In my Women and Detective Fiction seminar, I’ve also been fretting a bit, not so much about attendance (though this group has not been as reliably present as I am used to in upper-level seminars) as about participation. Last week’s classes were pretty sluggish. But yesterday there was an up-tick in energy, so for now I have deferred my cunning plan to use some of the strategies I’m more accustomed to deploying in lower level classes: “think-pair-share” exercises, break-out groups, and so on. We are currently reading Sue Grafton’s ‘A’ is for Alibi: I had the sense on Friday that they mostly hadn’t even tried to do more than just read it, and I wonder if at first they were lulled into passivity by the fast-paced prose and suspenseful plot and forget to apply the critical frameworks we’ve been developing. By tomorrow we’ll have read to the end, so I expect we’ll talk a lot about [spoiler alert!] what it means that Kinsey turns out to have been sleeping with not just a suspect but one of the murderers: the novel raises all kinds of interesting questions about the temptations and risks of submission and the ways sexual desire can undermine a principled commitment to independence. The novel focuses especially on sexual politics as played out in marriage, but Kinsey’s role as a detective also prompts us to consider how these “private” issues intersect with wider questions of justice and accountability. I haven’t taught Grafton in a while and I’ve appreciated getting reacquainted with her tongue-in-cheek approach to the genre. I kept up with the series for a long time, but my interest in it has flagged over the years, partly because the humor that keeps this first one so fresh gives way to a much more sententious style. I should probably hunt up the latest ones just to see where things have gone. We start Indemnity Only next week and at this point I’m one Sara Paretsky behind as well.

Cormac McCarthy, No Country for Old Men: “They are not some other way. They are this way.”

NCFOMNo Country for Old Men is stylistically enough like The Road that I feel retrospectively justified in having taken the later novel as provisionally representative. There’s the same accumulation of terse, practical sentences propelling the story forward; there’s the same obscure yet precise vocabulary; there’s the same scrupulous, almost tedious, recounting of physical and technical actions; there’s the same eccentric punctuation; there’s the same unflinchingly graphic but never quite voyeuristic violence. The books don’t sound exactly the same — The Road, to my ear at least, is much more poetic, not just in its cadences but in its tendency towards symbolism — but I think it would be easy to guess, if somehow you didn’t already know, that they come from the same literary mind.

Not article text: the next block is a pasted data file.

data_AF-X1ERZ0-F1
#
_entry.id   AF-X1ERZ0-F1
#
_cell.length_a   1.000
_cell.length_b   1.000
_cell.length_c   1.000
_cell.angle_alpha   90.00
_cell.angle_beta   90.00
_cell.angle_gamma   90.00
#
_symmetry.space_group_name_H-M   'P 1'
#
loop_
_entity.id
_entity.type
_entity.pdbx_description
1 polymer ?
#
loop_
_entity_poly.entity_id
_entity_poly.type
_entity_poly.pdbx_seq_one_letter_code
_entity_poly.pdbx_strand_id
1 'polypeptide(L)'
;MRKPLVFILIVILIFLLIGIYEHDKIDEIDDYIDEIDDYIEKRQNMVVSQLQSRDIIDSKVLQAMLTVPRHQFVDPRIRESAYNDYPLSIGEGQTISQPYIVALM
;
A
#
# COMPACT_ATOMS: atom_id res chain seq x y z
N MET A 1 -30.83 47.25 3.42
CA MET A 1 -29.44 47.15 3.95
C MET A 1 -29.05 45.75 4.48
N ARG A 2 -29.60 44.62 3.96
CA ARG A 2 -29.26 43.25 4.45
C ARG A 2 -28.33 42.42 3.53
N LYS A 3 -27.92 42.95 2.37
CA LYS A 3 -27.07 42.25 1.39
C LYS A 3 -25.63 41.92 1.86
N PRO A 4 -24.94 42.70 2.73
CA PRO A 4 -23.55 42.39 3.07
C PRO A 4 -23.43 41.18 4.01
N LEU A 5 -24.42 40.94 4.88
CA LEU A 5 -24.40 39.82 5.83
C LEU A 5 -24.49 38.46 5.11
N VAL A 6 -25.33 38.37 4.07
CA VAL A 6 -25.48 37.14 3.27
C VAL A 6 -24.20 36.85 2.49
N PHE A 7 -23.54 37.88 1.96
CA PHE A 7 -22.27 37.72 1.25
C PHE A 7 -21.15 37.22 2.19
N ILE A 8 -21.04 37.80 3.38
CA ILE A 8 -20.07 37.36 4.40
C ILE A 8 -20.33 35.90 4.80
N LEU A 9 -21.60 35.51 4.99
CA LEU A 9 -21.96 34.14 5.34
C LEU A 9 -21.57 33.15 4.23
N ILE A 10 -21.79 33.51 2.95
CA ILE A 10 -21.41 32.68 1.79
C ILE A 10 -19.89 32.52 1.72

The two books also present a similarly dichotomous moral universe, with paternalistic caretaking on one side and ruthless amorality on the other. But in The Road that paternalism has a luminosity that it does not have in No Country for Old Men. In fact, I found it quite difficult to identify where, if anywhere, the balance of insight falls in No Country for Old Men. Most of the time I was reading it, I assumed our guide was the sheriff, whose memories and ruminations break up and add layers to what would otherwise be a fairly straightforward crime / thriller plot. But the sheriff is such an uninteresting character — worse, such an uninteresting thinker — that I started to wonder if we were really meant to take him at his word. If he’s the moral center of the novel, then for all the novel’s literary display, at its heart is a simple cliché, the lament of every passing generation that the world is going to hell in a handbasket:

I think I know where we’re headed. We’re being bought with our own money. And it aint just the drugs. There is fortunes bein accumulated out there that they dont nobody even know about. What do we think is goin to come of that money? Money that can buy whole countries. It done has. Can it buy this one? I dont think so. But it will put you in bed with people you ought not to be there with. It’s not even a law enforcement problem. I doubt that it ever was. There’s always been narcotics. But people dont just up and decide to dope theirselves for no reason. By the millions. I dont have no answer about that. In particular I dont have no answer to take heart from.

The sheriff is right that he and his values appear quaintly old-fashioned next to Chigurh’s stringent and wholly selfish realism: